Riding the NJ Transit Bus

A passenger gets off the 554 bus from Lindenwold at the Egg Harbor City train station. Riders on the Atlantic City Rail Line have had to take the bus since September as NJ Transit makes safety upgrades.  

Train passengers have been riding buses instead of the Atlantic City Rail Line since September, while NJ Transit installed mandatory safety features meant to address derailments and other accidents.

As we approach the Dec. 31 deadline for NJ Transit to finish these upgrades, we urge officials to make good on their promise to restore regular service in early 2019.

Many riders, given NJ Transit’s much-publicized struggles, have viewed the temporary shutdown as a ploy to end the A.C. line permanently. A spokesman for NJ Transit recently confirmed that the authority is “still intending to restore service as fast as possible following successful meeting of the federally mandated end of year PTC (positive train control) installation deadlines.”

Not only should service be restored at previous levels but NJ Transit should consider adding more. The argument against increasing service has long been that there isn’t enough demand.

The Atlantic City Rail Line has been experiencing a steady decrease in ridership for nearly a decade. In 2011, ridership was just more than 1.38 million. By 2017, annual ridership on the Atlantic City Rail Line fell to less than 1 million, with NJ Transit reporting just 999,346 passengers, a decline of more than 9 percent from 2016. Ridership was down 4.1 percent in 2018 before the service was suspended.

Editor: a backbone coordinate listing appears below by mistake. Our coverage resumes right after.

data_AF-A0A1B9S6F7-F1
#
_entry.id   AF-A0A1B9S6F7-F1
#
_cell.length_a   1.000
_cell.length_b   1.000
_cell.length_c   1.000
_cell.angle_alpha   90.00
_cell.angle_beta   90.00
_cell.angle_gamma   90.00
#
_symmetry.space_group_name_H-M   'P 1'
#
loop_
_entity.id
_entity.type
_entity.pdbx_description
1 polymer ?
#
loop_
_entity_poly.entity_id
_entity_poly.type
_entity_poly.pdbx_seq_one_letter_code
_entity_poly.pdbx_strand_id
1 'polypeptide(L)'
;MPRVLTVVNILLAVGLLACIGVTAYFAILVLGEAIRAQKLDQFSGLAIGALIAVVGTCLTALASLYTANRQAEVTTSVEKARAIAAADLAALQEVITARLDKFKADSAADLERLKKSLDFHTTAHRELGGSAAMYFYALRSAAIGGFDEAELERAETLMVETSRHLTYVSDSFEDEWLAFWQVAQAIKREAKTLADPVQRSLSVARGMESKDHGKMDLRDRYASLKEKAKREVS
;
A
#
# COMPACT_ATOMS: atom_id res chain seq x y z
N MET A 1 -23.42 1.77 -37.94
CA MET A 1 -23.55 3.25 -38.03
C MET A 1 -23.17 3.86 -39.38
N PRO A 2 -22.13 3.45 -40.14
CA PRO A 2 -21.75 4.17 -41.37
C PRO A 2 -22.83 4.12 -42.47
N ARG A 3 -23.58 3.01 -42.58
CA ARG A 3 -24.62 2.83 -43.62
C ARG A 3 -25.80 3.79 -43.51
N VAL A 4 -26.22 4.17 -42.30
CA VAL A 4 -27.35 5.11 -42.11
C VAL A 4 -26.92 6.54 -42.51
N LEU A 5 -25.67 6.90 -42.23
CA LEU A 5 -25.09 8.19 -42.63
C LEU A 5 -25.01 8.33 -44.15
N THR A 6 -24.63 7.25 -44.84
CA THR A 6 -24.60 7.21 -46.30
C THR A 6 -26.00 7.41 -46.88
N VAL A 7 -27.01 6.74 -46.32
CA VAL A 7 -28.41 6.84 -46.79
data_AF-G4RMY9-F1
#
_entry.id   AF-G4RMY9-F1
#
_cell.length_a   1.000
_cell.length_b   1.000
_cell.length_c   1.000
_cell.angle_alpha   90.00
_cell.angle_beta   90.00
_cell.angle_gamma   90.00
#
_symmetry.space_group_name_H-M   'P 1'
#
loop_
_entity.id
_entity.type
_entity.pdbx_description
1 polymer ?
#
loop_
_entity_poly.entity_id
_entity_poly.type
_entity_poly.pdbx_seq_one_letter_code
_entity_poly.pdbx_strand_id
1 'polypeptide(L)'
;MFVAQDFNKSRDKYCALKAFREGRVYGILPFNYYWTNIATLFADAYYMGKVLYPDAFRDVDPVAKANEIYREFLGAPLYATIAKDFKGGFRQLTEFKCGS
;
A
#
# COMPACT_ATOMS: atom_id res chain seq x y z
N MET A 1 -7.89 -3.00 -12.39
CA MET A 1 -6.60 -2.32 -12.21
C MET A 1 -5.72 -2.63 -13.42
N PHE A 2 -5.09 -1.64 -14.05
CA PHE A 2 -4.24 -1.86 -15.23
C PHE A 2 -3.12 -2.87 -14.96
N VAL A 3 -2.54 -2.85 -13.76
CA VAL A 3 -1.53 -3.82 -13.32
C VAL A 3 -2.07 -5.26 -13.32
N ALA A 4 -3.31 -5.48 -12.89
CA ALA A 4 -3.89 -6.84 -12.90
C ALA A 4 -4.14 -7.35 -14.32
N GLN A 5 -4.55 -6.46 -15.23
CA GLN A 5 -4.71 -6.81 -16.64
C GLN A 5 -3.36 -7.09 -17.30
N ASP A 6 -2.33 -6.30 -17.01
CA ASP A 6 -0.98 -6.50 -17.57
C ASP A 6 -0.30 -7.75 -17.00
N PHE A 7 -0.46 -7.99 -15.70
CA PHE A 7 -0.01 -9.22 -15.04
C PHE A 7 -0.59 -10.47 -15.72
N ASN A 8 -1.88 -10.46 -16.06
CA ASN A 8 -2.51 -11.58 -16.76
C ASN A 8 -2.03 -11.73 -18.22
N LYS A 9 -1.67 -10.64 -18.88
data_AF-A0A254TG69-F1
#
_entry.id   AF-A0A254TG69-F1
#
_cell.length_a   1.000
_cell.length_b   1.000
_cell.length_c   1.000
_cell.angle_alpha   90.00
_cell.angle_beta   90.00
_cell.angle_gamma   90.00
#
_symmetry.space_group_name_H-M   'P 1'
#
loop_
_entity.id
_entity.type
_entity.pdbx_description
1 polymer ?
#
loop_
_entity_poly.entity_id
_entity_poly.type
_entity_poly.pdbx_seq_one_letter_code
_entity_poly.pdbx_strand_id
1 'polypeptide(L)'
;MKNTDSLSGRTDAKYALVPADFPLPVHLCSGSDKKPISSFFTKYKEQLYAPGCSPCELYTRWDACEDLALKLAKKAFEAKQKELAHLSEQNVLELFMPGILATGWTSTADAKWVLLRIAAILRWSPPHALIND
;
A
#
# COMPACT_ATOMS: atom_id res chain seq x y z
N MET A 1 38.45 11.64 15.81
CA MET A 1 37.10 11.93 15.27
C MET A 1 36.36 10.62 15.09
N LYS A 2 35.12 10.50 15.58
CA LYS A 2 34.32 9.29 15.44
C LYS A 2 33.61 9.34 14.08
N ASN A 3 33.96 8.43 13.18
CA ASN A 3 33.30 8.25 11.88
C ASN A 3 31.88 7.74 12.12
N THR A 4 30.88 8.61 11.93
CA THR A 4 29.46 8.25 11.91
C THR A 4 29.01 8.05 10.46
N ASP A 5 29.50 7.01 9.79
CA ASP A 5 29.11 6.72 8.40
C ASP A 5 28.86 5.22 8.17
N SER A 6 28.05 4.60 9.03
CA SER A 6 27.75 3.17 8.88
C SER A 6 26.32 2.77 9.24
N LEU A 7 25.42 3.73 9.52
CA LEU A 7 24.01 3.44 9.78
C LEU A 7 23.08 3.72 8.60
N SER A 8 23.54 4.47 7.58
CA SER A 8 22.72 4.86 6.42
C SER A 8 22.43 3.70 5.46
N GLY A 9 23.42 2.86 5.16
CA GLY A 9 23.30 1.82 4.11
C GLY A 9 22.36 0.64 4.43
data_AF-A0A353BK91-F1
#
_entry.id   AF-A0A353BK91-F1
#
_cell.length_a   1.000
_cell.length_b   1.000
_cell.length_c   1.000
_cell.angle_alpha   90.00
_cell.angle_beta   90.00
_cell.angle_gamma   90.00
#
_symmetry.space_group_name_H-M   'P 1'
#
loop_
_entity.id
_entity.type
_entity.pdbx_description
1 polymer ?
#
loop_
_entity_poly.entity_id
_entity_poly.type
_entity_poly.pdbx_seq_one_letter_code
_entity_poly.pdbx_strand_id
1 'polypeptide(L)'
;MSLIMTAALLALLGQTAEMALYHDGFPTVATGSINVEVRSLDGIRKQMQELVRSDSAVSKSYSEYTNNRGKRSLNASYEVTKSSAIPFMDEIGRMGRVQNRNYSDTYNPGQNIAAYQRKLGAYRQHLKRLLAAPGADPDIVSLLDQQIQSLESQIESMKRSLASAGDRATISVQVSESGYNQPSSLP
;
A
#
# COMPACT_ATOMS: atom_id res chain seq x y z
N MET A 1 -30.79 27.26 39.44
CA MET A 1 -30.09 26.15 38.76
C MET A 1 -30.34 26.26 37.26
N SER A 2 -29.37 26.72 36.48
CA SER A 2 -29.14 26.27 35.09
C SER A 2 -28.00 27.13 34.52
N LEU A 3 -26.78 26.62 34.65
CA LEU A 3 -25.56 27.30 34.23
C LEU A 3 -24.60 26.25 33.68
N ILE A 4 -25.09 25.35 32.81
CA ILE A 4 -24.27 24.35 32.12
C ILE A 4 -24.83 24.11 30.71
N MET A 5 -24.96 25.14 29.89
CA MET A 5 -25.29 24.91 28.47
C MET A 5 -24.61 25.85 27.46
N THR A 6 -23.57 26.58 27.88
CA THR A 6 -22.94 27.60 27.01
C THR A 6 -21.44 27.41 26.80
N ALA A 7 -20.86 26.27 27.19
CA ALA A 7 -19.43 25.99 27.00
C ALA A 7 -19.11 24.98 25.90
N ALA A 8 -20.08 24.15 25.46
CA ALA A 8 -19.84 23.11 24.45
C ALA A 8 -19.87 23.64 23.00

However, that is only part of the equation. If Atlantic City remains isolated — with limited train service, spotty airplane access, only one congested highway between here and Philly, and no easy way to get here from the New York metropolitan area — not as many people will visit, buy vacation homes, relocate or commute. And demand will continue to dwindle.

Other smaller cities within an hour’s drive of a major one have succeeded as bedroom communities, where residents live in a place with lower costs and fewer headaches but can easily travel to higher paying jobs in a bigger place. Towns in New Jersey, Pennsylvania and Delaware have SEPTA train routes into Philadelphia that service business people as well as visitors. Many people in North Jersey commute an hour or more into New York City each day on trains and buses.

Imagine if you could live in an affordable beachfront condo in a lively, but manageable, place with lots of amenities — great entertainment, safe places to walk and bike, world-class restaurants — and a comfortable train ride to work in Philly.

As Atlantic City continues to add jobs, build more housing, host more high interest events and open more small businesses, the city, county and state need to work together to ensure that people can easily get here to take advantage of all the region has to offer.

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